Sunday, May 19, 2024

Shine On! members inspired by teaching


By Shine On!

 How We Shine is a monthly column from Shine On!, which is an organization that aims to empower young girls and teach them important life skills.



One aspect of the Shine On! program is Educational Outreach. This involves education outreach mentors and other college students, who have studied the material, going in and educating classrooms in North Country schools.

 I originally taught in Chateauguay elementary, and immediately loved it.  When I became the new education outreach coordinator for the Shine On! program, I began another incredible experience. Having participated in Shine On! as a child, it is truly a full-circle moment for me. 

I am excited to bring my personal experience and passion to the role, connecting with local elementary classrooms to teach third to fifth graders about character strengths, media and marketing literacy and anti-bullying. 

This opportunity to mentor and empower the next generation is both fulfilling and meaningful not just for me, but the people we inspire along the way. 



I initially joined Shine On! as a junior and I have loved every second of it. I have been a part of each aspect of the program and plan on continuing to

be involved. 

Shine On!’s annual conference this year was held March 2 and 3 in Memorial Hall and it hosted 120 girls from local elementary schools. 

The conference aims to educate young girls on the seven character strengths, media literacy and growth of communication skills through a series of eight workshops.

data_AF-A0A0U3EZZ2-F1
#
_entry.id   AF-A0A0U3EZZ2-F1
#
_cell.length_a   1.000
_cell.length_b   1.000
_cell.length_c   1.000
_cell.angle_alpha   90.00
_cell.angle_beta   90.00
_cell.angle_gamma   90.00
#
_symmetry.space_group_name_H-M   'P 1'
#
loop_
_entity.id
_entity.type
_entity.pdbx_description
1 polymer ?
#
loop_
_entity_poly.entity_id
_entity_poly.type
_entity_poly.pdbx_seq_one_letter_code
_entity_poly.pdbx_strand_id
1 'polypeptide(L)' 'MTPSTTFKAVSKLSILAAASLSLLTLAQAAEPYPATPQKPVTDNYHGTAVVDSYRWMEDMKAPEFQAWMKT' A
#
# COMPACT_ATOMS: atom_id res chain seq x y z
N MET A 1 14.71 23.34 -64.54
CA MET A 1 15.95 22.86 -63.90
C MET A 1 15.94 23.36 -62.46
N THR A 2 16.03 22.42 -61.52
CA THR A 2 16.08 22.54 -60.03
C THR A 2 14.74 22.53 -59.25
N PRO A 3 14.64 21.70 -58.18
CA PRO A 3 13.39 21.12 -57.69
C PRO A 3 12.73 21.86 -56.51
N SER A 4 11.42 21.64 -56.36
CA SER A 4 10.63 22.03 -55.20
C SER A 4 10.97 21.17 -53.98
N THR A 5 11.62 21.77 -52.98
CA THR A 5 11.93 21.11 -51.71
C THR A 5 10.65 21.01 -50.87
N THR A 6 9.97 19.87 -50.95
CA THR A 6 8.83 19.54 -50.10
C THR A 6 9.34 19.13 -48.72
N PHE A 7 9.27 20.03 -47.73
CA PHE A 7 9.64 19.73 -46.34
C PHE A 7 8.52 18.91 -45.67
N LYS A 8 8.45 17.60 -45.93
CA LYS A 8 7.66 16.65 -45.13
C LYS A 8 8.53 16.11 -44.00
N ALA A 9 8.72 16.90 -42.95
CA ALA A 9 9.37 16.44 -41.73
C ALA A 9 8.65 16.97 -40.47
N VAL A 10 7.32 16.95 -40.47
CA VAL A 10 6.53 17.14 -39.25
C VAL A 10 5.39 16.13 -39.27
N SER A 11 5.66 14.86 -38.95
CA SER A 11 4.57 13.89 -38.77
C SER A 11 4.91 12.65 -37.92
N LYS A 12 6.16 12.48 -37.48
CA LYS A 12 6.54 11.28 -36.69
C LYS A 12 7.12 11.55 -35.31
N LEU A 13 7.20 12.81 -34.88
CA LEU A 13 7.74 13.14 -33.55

These character strengths are social intelligence, gratitude, self-control, curiosity, optimism, zest and grit.

This conference has been a tradition spanning more than ten years, and it continues to reach school-aged girls all across the county. Hosting and educating the girls are important facets of Shine On!, but not the only ones. 

Another aspect of the program is planning the conference each year, which is done by the Shine On! committee. This is an extensive process that involves students practicing media relations, event planning, grant writing, communication and relationship building. 

After learning all of this information, I realized how important it is to continue encouraging the message of Shine On!. 

I immediately began as an education outreach mentor, but I still wanted to learn more about the public relations aspect of the program. 

I then joined the committee and gained a whole new respect for the program. 

I was able to experience working on the front lines by educating the girls, as well as the back lines by planning meals, schedules and curriculum. 

This program has taught me invaluable lessons and really shaped my opinion on education regarding ELS (English Learning Standards) regulations. 

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